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PureOS 3.0

February 14, 2011

Every once in a while I run into a distro that has me scratching my head and wondering what the developers were thinking. PureOS is just such a distribution. Version 3.0 was just released and announced on DistroWatch, so I thought I’d give it a download and see what it was like.

I had initially planned to do a full review of it on Desktop Linux Reviews, but I ran into a snag with the install (which I’ll talk more about in that section of this quick look) so I decided to do a quick look instead. This quick look is based on the live desktop environment.

PureOS is based on Debian’s testing branch and it includes software from it. There are two versions, PureOS and PureOS Slight. Pure OS Slight users Xfce instead of GNOME, and the download weighs in at 400 MB instead of 700 MB for Pure OS. The selection of software is slightly different for PureOS Slight (Abiword and Gnumeric instead of LibreOffice, etc.).



What’s New
Here’s a sample of what’s new in this release:

Main features:
- Kernel 2.6.37 with Squashfs 4.0 + lzma
- Gnome 2.30 + Docky
- LibreOffice 3.3.0 : Base, Calc, Draw, Impress, Math and Writer (experimental repository)
- Iceweasel 3.6.13 (experimental repository)
- Icedove 3.0.11 + Lightning
- Network-manager
- Transmission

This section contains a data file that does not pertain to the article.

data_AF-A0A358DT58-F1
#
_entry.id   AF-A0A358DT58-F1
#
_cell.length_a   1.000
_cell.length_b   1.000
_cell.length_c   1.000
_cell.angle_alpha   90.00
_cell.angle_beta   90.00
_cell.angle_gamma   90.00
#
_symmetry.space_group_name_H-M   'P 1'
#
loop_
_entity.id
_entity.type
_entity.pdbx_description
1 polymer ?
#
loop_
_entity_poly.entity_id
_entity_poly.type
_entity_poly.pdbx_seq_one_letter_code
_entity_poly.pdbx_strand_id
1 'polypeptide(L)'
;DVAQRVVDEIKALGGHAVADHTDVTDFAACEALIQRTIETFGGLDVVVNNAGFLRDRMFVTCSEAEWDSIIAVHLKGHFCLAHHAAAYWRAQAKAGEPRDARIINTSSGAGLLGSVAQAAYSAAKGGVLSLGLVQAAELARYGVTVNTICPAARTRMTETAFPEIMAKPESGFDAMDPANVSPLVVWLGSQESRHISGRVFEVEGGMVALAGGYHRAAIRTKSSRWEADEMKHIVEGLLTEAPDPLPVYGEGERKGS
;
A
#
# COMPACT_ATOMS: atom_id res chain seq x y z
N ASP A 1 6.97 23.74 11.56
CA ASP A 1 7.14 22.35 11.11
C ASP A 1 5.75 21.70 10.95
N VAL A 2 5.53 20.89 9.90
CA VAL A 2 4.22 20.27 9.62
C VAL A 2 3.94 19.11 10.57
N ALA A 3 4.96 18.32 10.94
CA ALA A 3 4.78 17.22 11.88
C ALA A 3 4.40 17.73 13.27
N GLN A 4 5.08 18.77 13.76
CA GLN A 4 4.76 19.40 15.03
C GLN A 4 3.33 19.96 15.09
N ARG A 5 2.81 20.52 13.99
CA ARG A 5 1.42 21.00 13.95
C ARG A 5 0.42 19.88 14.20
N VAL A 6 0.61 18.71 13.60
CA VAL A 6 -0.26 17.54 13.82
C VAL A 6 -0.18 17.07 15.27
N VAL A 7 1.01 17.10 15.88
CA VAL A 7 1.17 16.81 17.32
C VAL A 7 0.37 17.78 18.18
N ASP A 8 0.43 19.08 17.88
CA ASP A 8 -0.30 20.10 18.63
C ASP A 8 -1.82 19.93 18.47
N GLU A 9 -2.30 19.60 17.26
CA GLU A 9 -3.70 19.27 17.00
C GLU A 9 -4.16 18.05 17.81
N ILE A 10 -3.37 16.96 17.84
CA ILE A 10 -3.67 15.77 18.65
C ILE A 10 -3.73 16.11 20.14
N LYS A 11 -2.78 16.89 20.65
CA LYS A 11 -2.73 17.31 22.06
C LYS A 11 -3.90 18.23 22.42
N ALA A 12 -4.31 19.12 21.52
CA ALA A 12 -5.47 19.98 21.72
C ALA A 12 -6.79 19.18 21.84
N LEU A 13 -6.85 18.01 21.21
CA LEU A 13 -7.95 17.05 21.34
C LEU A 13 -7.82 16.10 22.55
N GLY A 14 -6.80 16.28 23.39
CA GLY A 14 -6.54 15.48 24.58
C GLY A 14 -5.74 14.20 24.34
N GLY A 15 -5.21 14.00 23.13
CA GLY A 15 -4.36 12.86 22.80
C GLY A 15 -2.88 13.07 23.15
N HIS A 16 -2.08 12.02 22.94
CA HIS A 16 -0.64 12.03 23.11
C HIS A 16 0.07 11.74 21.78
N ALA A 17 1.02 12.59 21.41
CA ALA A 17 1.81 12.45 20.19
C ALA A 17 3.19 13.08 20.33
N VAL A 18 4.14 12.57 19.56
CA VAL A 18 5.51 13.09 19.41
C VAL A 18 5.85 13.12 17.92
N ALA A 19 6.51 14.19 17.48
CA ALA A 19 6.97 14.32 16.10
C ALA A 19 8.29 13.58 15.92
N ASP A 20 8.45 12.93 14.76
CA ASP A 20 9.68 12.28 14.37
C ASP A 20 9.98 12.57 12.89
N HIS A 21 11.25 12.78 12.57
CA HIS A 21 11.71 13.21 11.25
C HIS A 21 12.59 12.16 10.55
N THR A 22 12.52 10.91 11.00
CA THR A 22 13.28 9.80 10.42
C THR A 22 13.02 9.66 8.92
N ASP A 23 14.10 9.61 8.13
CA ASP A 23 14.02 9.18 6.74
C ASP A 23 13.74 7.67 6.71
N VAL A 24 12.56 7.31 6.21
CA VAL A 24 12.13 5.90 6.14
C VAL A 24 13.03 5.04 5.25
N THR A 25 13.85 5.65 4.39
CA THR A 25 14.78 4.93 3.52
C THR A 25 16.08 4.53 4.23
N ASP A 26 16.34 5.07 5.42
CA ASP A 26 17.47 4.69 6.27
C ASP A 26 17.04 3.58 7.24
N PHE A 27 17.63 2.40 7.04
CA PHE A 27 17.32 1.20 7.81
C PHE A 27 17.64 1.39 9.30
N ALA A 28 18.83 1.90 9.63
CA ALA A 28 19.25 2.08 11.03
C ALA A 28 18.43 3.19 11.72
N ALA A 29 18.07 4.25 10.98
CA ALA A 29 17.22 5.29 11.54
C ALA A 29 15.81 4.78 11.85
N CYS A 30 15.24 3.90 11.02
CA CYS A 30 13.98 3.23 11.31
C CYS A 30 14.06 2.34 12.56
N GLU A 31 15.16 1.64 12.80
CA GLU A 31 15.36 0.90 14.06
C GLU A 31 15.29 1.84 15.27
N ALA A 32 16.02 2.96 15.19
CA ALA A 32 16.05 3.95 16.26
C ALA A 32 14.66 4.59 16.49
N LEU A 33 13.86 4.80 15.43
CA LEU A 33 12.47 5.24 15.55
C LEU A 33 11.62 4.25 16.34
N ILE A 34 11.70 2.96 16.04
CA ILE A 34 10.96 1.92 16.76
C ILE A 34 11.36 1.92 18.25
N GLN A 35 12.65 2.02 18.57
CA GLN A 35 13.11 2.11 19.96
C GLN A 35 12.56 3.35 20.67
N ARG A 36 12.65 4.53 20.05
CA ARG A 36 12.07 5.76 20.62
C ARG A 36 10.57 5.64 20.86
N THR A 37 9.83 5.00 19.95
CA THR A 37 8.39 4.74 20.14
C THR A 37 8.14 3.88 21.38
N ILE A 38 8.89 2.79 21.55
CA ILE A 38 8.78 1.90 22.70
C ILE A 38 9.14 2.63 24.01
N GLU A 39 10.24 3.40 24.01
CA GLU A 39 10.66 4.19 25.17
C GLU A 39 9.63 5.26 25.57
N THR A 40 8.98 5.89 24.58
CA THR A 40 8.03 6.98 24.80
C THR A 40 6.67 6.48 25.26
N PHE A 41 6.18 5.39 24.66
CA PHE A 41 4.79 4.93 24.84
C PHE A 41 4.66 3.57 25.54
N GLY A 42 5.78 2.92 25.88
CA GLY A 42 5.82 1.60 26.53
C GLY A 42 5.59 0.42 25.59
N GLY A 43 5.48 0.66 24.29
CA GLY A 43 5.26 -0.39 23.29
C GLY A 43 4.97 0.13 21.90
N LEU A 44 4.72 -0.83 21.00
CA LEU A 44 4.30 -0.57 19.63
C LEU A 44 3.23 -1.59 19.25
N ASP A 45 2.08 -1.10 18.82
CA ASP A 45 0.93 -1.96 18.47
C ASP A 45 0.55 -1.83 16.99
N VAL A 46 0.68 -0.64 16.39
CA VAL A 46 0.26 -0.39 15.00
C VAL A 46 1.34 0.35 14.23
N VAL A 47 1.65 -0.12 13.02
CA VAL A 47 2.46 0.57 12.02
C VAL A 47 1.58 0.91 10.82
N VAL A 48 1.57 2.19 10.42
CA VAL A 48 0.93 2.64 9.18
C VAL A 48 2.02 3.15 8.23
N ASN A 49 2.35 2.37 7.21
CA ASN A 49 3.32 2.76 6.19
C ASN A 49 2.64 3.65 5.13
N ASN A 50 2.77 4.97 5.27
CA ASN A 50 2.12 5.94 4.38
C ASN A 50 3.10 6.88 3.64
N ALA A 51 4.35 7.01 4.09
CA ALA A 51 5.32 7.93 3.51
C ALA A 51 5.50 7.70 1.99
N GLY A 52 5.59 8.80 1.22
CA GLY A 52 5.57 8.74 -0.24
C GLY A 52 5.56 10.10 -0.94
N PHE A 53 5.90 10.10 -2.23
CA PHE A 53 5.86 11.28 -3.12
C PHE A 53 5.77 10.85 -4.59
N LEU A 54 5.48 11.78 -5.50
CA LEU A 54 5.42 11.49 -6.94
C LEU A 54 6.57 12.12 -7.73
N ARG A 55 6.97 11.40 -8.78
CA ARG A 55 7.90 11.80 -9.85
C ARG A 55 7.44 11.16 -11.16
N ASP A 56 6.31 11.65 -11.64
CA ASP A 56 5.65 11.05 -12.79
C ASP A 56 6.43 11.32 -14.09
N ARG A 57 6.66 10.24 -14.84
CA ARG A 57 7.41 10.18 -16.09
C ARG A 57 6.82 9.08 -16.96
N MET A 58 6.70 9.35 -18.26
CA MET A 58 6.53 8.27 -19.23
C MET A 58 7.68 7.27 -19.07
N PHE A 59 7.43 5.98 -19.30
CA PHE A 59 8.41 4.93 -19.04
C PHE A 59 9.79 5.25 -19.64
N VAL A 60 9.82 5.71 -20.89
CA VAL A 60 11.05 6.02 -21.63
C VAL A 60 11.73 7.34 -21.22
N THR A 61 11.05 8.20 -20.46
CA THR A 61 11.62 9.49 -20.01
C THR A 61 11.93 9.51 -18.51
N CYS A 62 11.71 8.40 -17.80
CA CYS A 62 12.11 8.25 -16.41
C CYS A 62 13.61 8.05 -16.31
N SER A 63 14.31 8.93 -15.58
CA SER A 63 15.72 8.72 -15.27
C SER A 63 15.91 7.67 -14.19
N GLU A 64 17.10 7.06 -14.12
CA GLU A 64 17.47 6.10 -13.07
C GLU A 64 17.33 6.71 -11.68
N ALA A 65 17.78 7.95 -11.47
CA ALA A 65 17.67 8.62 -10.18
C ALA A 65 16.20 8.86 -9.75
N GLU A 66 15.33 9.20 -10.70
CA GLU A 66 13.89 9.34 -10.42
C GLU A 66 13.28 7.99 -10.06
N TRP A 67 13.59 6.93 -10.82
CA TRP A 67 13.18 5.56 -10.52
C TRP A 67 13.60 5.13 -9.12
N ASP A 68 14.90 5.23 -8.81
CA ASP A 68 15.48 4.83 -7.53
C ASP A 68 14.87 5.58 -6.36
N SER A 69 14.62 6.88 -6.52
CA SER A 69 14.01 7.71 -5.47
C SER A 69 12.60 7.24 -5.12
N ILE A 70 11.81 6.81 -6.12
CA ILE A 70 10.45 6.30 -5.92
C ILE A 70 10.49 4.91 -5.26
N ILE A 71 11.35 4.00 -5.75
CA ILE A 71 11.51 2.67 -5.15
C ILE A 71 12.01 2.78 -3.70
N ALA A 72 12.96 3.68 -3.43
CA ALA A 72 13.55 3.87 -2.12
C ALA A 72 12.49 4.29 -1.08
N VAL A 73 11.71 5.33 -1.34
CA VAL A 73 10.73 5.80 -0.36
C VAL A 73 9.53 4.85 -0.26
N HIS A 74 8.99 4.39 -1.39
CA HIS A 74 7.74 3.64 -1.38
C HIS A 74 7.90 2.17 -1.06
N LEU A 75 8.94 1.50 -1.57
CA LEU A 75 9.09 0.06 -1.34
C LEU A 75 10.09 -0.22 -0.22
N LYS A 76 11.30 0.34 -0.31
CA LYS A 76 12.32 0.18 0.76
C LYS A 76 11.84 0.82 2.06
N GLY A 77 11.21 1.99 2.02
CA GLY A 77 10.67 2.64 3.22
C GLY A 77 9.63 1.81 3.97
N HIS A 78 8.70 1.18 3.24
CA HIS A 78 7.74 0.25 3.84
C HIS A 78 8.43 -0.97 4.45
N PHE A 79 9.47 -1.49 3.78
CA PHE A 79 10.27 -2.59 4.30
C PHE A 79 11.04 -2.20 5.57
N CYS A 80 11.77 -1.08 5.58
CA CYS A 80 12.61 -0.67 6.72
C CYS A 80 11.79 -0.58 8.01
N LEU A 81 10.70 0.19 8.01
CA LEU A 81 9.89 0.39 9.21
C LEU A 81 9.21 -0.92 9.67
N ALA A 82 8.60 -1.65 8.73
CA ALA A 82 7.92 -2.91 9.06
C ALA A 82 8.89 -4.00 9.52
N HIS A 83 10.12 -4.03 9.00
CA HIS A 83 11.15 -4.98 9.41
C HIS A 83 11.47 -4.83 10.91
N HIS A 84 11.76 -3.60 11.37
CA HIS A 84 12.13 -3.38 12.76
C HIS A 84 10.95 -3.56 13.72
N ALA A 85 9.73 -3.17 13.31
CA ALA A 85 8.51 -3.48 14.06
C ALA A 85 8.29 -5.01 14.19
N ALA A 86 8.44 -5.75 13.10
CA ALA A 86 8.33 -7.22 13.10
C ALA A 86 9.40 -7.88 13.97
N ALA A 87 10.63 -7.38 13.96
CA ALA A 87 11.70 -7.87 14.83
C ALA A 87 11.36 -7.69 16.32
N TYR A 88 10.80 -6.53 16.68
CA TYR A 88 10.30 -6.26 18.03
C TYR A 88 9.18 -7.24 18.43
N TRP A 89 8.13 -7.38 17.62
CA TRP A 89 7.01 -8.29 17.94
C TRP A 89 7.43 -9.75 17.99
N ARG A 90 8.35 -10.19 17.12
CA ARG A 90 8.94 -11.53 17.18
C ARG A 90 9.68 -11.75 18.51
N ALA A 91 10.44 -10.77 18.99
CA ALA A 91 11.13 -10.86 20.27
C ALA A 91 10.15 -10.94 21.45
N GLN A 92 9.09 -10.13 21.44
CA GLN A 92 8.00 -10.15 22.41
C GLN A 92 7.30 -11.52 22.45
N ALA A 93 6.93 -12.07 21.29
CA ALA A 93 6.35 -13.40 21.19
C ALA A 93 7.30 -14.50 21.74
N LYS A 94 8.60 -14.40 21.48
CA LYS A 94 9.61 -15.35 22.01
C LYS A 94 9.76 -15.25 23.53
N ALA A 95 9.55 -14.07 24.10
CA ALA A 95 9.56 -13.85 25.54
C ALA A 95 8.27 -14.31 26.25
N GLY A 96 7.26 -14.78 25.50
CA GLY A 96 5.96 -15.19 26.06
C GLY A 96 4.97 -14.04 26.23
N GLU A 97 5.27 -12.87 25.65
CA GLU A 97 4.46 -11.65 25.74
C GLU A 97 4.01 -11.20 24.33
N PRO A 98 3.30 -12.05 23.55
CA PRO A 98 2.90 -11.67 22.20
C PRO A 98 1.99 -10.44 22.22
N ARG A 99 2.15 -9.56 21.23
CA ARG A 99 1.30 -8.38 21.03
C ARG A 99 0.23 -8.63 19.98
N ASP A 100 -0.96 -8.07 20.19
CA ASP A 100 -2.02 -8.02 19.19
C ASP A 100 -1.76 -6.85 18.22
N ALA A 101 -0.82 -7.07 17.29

- FileZilla
- Songbird 1.8.0 (while waiting for Nightingale) thanks to GetDeb for the package
- Brasero
- Evince
- Simple Scan
- Eye of Gnome
- GParted
- smxi/sgfxi scripts
- scripts and Nautilus actions for modules management: activate, debs2lzm, debs2lzm-file, dir2lzm, lzm2dir et find2lzm (thanks to Nico from Linux-live-CD)

Control Center

Control Center

System Requirements
I was not able to find a list of requirements for PureOS 3.0. I hope the developers will add such a list to the English version of their site. It’s possible that they might be listed in the French version of the site, but that doesn’t help folks whose native language is English.

Boot Menu

Boot Menu

One of the things that drives me crazy with certain distros is booting into a live desktop environment and not being able to find an installer anywhere on the desktop or on the menus. Such was the case with PureOS; I could not find an installer anywhere in the menus, desktop or in the control panel. This was what left me wondering what the developers were thinking.

So I was forced to write this quick look based solely on the live desktop environment. That’s a shame because PureOS seems to have some good things to offer as you’ll find out in the rest of this quick look. I would have preferred to install it and do a full review but perhaps in a future release that will be possible.

I was very happy to see LibreOffice available as the default office suite. We’re going to see more and more distros switch as they move away from OpenOffice.org (thanks to Oracle’s uncooperative attitude). Here’s a sample of what you’ll find in terms of software:

Iceweasel Browser
Icedove Mail/News

The software included is definitely not overwhelming. Software addicts that want everything under the sun installed by default will probably not enjoy PureOS, but those who want a tight selection of useful applications will probably be quite happy with it.

Synaptic is the software management tool. While it gets the job done, it’s not very pretty and  it looks rather old compared to the Software Center in Debian 6 Squeeze, Linux Mint’s software manager, etc. But it is quite functional and experience desktop Linux users will get by with it just fine. Newer users who haven’t used it before might find it just a tad bit lacking in some ways but they’ll probably get used to it fairly quickly.



Using PureOS 3.0